Because of the economic importance of New England’s coastal waters, scientists and fishermen are teaming up to share data to gain a more rapid picture of climate impacts on local marine life. The Pioneer Array is part of NSF’s Ocean Observatories Initiative, which includes 89 platforms carrying over 830 instruments providing data on the coastal and global ocean at several sites in the Atlantic and Pacific oceans.
An ice wall rises next to the sandy seafloor at Explorer’s Cove, New Harbor, McMurdo Sound, Antarctica. ROMEO, a remotely operated camera, allows scientists to observe inhabitants such as sea urchins, scallops and starfish, as well as microscopic organisms, that live in the sediment. Insights into the inner workings of this ecosystem will help researchers predict how changes like ocean acidification may impact the habitat in the future.
Powerful and beautiful, the Earth’s oceans cover just over 361 million square kilometers, or almost 70 percent of the Earth’s surface. They are one of the last frontiers of exploration on the planet. Since its inception, the National Science Foundation (NSF) has supported critical initiatives to learn about the world’s oceans. The following images highlight a few of the many research efforts underway to learn more about this precious resource.
Here, marine technician MacKenzie Haberman steps aside as waves rush into the Baltic Room of NSF’s Nathaniel B. Palmer during a cruise through the often stormy Southern Oceans Drake Passage. The Southern Ocean accounts for half the ocean’s uptake of carbon from the atmosphere and the majority of the heat uptake, despite comprising only 30 percent of the world’s ocean area. Studies of the Southern Ocean will allow scientists to assess this ocean’s impact on the Earth’s biosphere and climate.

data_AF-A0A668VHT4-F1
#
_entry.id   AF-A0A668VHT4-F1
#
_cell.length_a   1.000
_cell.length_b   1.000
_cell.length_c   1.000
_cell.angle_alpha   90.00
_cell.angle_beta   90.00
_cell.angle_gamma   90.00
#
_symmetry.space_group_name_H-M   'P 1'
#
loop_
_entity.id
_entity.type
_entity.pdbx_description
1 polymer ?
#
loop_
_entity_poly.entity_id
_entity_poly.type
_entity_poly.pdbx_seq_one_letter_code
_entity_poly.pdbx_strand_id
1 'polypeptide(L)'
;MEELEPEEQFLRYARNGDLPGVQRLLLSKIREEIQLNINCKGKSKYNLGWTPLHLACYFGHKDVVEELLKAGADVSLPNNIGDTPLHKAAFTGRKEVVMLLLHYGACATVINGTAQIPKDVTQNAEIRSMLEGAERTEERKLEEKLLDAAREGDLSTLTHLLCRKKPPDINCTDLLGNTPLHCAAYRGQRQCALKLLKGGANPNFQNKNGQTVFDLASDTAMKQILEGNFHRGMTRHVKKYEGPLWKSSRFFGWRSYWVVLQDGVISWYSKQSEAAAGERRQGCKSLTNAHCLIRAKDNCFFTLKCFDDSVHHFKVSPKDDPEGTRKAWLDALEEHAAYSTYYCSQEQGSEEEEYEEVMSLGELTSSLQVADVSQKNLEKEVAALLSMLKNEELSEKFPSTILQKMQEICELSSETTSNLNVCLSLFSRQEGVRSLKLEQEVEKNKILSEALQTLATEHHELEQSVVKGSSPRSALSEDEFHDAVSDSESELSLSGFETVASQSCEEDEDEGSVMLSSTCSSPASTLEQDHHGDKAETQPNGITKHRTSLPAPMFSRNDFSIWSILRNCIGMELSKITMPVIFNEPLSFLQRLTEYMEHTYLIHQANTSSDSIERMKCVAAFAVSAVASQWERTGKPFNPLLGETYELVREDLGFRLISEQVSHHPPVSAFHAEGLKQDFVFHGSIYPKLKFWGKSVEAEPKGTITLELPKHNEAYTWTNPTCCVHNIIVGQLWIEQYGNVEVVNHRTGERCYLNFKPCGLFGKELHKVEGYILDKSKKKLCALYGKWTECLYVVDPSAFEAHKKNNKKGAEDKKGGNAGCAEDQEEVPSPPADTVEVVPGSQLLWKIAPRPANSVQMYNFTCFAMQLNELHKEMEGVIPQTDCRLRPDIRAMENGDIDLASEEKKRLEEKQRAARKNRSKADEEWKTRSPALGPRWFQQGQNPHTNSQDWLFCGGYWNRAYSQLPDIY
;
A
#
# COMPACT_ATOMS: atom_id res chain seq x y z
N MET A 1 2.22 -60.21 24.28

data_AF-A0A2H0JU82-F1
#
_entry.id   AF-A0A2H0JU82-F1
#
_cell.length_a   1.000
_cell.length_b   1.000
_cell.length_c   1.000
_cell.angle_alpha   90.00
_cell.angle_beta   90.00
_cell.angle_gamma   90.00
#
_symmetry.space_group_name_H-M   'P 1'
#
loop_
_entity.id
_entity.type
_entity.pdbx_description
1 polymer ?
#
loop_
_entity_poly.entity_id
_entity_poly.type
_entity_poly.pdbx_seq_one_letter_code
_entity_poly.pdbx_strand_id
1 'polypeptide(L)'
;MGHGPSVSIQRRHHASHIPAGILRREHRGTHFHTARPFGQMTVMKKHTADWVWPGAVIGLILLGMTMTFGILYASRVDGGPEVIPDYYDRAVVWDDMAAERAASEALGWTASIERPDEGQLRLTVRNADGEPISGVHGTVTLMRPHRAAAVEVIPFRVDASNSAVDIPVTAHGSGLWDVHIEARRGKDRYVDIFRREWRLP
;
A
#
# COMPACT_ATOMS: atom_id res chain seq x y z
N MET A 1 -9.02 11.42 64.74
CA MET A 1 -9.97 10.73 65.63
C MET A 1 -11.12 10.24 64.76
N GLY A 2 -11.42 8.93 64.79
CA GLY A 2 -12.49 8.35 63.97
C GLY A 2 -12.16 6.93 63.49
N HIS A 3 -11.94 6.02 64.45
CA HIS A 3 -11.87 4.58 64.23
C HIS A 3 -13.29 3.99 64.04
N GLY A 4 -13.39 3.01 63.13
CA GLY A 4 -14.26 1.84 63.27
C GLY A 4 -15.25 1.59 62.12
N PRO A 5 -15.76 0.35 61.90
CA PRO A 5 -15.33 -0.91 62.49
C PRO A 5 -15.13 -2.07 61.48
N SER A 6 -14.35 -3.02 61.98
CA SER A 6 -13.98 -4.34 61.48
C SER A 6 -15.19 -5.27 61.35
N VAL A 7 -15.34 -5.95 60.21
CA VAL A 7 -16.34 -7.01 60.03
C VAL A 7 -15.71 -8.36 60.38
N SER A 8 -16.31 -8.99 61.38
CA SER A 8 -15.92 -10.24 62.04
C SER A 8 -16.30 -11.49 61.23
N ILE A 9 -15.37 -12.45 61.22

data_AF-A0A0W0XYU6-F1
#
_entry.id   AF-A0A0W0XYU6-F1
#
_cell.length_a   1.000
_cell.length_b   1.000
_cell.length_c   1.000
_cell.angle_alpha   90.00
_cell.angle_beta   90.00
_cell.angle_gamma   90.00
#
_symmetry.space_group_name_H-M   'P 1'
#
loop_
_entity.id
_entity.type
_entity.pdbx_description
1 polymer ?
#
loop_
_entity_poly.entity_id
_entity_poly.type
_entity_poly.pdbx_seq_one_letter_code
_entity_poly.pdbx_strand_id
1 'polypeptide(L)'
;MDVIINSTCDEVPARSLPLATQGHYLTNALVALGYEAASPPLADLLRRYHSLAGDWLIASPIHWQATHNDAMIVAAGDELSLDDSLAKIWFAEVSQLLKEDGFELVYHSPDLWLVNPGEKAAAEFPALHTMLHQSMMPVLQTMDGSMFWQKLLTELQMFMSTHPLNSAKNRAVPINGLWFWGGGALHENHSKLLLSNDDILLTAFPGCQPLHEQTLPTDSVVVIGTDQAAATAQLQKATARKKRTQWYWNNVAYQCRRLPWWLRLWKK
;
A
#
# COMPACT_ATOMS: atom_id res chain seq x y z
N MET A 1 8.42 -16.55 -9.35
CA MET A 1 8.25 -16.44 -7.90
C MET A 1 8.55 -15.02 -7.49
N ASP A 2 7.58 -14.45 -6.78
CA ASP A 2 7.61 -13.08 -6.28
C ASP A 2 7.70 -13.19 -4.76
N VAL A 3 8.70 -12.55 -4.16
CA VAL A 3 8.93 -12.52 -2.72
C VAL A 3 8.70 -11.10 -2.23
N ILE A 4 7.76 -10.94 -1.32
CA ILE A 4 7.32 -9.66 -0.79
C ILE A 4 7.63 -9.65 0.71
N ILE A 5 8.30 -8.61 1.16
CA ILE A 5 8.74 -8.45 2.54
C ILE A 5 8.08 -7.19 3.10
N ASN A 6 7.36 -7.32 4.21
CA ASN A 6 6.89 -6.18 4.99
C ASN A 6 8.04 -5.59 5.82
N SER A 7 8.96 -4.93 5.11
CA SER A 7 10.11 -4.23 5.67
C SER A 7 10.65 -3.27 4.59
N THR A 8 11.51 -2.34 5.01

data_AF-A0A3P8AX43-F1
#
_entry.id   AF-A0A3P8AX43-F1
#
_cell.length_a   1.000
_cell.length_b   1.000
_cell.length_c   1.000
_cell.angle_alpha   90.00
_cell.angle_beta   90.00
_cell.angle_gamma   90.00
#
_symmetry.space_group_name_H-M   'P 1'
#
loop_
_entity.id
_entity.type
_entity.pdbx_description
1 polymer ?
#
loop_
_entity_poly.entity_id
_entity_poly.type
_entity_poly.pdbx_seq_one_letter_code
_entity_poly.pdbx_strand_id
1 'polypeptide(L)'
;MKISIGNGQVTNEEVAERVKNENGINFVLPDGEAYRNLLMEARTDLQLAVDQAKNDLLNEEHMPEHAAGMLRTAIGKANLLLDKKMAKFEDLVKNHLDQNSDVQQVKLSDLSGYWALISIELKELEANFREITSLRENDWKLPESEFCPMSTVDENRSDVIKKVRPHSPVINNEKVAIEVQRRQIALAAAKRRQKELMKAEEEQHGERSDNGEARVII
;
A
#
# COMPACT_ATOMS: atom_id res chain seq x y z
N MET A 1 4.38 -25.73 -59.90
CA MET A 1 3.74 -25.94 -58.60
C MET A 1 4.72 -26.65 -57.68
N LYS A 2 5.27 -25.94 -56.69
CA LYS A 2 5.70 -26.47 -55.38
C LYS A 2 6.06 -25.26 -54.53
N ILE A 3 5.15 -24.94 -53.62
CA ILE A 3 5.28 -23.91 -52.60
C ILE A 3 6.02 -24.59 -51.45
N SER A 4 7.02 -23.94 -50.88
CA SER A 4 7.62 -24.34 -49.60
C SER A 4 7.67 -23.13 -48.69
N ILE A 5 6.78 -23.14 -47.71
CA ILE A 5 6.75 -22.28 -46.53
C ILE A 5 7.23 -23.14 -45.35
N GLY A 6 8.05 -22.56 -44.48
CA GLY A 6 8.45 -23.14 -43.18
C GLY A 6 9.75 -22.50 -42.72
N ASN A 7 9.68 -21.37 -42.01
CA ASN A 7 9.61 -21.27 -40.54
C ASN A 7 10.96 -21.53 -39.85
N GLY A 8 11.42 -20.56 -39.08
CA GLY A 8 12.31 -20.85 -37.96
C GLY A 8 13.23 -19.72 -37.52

To learn more, go to nsf.gov.
After boring into this coral, a “Christmas tree” worm uses its feather-like tentacles to filter-feed microscopic creatures. Acidic ocean waters make it more difficult for corals to grow strong skeletons. In these cases, coral become vulnerable to colonization or destruction by other organisms.
A recent study of corals near the submarine springs on the Caribbean Coast of Mexico showed that seawater with a lower pH significantly lowers concentrations of carbonate ions, the building blocks corals need to grow skeletons. Their work then revealed that when the ocean grows more acidic, corals become more vulnerable to disruption and erosion.
Marine plankton, like these kaleidoscopic wonders, are essential to the ecosystems that we rely on for food from the sea such as fisheries. In the U.S. Atlantic Ocean, the Northeast Shelf generates millions of dollars in fishing revenue. But scientists lack an understanding of how environmental changes in the Atlantic affect plankton food webs and fish stocks.
With a new series of instruments that continuously collect data and samples retrieved from the ocean, scientists are developing a more detailed understanding of how different pathways in the food web may shift with the seasons and environmental changes. These insights could help create new, science-based ways to maintain marine ecosystems.
Waves activated the neon blue glow coming from a red tide just offshore from San Diego, California. The red tide was caused by blooming phytoplankton, some of which are known for their bioluminescent displays. At one point, the nighttime show stretched nearly 20 miles from La Jolla to Encinitas.
Samples from the tide allow scientists to learn more about the genetic and metabolic traits of the phytoplankton. Other sampling programs are providing details on the toxins that some phytoplankton produce. These sometimes get transferred to the food web, where they affect shellfish, fish, birds and other marine mammals.